James B. Couch

Sgt. James B. Couch (1820-1898)

James B. Couch, 3rd Great-Grandfather of brother Eric Kirk, enlisted on December 30th, 1863 and was then mustered in at the age of 43 as a carpenter for the 15th New York Engineers, Company E, on January 2nd, 1864 in Saugerties, New York. His 17-year old son Granfield also joined the unit with him. Unfortunately one month later on February 2nd at a Regimental Hospital in D.C., Granfield died of cerebral edema, which was due to either a traumatic injury or a possible brain infection. During his service, James was promoted from Private to Corporal, and then to Sergeant. His records show that he was in and out of the hospitals during his service, and was ultimately discharged for disability on June 2nd, 1865 in Washington DC.

As a new element reinforcing the 15th NY that was already in the field with the Army of the Potomac, Company E engineered and built pontoon bridges, corduroyed roads, fortified camps, and ferried troops. For the period of James' tenure starting in the Spring of 1864, the company participated in the Rapidan Campaign, the battles of the Wilderness, Spotsylvania Court House, and Cold Harbor. Later it was involved in the Crossing of the James, the siege at Petersburg, actions near Deep Bottom, the fall of Petersburg and Richmond, the pursuit of General Lee's army and its final surrender at Appomattox Court House.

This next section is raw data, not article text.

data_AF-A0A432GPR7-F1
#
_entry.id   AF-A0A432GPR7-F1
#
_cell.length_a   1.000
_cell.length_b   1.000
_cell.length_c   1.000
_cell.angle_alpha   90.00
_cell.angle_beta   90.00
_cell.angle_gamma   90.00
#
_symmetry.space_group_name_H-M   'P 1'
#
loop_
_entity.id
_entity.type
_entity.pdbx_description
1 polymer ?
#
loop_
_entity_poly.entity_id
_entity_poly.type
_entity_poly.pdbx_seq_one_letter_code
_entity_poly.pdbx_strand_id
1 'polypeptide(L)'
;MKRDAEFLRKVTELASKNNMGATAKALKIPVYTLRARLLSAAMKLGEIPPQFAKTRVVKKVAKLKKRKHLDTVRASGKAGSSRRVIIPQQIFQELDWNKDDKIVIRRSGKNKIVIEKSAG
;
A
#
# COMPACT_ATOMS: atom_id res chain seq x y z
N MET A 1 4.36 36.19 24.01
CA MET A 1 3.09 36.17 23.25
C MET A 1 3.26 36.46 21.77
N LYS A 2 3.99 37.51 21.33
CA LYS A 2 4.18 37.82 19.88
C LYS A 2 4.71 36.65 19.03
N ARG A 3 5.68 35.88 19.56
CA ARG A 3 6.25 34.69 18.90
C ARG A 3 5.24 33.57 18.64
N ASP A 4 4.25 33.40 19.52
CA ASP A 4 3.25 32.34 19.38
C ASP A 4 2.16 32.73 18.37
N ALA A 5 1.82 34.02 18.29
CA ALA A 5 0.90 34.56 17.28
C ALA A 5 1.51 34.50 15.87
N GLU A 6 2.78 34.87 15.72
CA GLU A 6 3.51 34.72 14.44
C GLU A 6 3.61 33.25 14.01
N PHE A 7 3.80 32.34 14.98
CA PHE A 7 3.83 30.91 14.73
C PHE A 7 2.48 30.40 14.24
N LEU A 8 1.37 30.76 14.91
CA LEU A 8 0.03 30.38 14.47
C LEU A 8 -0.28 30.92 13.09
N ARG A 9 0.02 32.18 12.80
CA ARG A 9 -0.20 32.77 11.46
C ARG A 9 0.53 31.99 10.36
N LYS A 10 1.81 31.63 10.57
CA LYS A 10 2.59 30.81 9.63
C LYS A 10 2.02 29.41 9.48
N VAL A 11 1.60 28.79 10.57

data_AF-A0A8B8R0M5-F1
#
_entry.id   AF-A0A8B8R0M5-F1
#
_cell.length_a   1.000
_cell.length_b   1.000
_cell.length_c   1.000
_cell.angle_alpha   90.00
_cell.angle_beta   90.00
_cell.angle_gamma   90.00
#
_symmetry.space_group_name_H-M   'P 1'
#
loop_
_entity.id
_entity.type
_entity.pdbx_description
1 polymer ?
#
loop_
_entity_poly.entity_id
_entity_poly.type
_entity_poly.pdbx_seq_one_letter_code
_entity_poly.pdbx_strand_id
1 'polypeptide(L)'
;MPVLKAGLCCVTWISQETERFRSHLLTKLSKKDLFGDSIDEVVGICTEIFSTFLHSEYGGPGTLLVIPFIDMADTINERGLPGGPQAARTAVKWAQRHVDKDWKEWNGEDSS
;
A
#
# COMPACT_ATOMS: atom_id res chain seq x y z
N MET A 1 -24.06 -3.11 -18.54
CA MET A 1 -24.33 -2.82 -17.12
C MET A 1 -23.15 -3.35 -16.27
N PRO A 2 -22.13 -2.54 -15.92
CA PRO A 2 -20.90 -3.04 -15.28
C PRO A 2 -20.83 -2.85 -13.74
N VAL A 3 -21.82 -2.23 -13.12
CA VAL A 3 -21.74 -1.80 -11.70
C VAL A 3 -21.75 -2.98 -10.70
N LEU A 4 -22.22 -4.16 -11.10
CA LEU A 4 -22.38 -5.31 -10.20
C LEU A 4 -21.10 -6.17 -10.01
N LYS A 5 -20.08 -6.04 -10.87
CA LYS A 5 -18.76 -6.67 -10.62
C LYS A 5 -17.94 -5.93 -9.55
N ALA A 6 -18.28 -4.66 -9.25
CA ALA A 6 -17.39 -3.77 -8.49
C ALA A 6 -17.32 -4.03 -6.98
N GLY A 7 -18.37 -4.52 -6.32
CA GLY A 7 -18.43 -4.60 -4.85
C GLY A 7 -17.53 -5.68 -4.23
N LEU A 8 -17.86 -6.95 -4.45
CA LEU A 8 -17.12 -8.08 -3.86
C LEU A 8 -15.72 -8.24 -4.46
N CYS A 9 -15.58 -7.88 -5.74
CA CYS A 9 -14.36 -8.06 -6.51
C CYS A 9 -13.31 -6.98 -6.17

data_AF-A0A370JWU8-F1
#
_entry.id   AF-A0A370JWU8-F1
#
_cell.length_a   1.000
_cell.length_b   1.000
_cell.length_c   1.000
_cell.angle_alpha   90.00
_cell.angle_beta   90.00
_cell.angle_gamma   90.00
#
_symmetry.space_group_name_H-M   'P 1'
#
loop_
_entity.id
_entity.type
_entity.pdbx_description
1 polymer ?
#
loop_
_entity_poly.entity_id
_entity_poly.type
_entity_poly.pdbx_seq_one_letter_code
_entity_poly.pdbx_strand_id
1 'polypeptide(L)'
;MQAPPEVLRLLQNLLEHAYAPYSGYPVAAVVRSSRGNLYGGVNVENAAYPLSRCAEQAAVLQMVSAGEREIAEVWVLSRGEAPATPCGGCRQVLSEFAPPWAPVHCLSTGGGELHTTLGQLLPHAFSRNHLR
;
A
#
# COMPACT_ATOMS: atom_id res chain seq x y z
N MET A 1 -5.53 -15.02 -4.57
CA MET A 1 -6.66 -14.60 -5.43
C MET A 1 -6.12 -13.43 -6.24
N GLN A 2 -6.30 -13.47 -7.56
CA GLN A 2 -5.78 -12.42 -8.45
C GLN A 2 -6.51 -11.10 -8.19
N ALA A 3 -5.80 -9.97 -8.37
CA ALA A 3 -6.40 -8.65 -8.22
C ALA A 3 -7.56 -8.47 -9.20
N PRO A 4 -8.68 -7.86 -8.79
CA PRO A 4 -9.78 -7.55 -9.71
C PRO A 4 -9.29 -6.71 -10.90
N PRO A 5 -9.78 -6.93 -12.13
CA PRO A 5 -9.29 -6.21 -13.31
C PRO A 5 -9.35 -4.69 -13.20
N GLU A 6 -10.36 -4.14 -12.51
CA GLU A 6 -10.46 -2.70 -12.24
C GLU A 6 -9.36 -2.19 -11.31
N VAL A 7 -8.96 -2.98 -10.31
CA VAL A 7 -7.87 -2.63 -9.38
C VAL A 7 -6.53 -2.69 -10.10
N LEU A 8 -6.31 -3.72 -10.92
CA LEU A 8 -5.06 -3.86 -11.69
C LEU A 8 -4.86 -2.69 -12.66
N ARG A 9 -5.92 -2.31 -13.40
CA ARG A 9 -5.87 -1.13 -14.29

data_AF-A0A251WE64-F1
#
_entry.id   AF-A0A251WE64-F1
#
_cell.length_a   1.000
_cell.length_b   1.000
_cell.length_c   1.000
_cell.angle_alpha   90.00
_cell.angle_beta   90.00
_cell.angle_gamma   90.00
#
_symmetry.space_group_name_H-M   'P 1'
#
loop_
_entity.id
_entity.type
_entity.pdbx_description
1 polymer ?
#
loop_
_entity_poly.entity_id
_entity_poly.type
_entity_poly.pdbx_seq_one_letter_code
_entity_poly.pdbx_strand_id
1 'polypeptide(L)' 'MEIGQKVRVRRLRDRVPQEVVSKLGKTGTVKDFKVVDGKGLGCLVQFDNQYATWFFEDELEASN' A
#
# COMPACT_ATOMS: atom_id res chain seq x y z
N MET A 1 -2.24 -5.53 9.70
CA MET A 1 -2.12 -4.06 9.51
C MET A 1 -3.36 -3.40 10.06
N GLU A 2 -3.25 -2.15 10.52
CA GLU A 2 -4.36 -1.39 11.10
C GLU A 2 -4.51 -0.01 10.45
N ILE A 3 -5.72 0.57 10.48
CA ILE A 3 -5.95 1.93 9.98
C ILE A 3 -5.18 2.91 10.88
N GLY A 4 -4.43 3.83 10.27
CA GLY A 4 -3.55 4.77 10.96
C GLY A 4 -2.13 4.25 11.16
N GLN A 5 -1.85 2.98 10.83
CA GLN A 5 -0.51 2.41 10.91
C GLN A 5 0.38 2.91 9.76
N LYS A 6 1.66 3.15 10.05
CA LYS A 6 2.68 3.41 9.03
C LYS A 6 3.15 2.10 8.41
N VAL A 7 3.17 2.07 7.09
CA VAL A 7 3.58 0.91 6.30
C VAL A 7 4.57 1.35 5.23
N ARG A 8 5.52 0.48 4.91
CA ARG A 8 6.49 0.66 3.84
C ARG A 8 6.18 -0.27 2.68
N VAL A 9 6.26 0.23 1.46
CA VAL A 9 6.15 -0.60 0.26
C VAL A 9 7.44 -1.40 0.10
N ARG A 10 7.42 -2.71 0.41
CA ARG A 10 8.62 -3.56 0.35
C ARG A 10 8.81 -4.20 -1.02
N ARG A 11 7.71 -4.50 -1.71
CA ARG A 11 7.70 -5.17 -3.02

Following the war, James returned to the town of Glenn Wild in Sullivan County in upstate New York, with his wife Rachel. He died of intestinal issues on April 4th, 1898 and was buried in the Glenn Wild cemetery.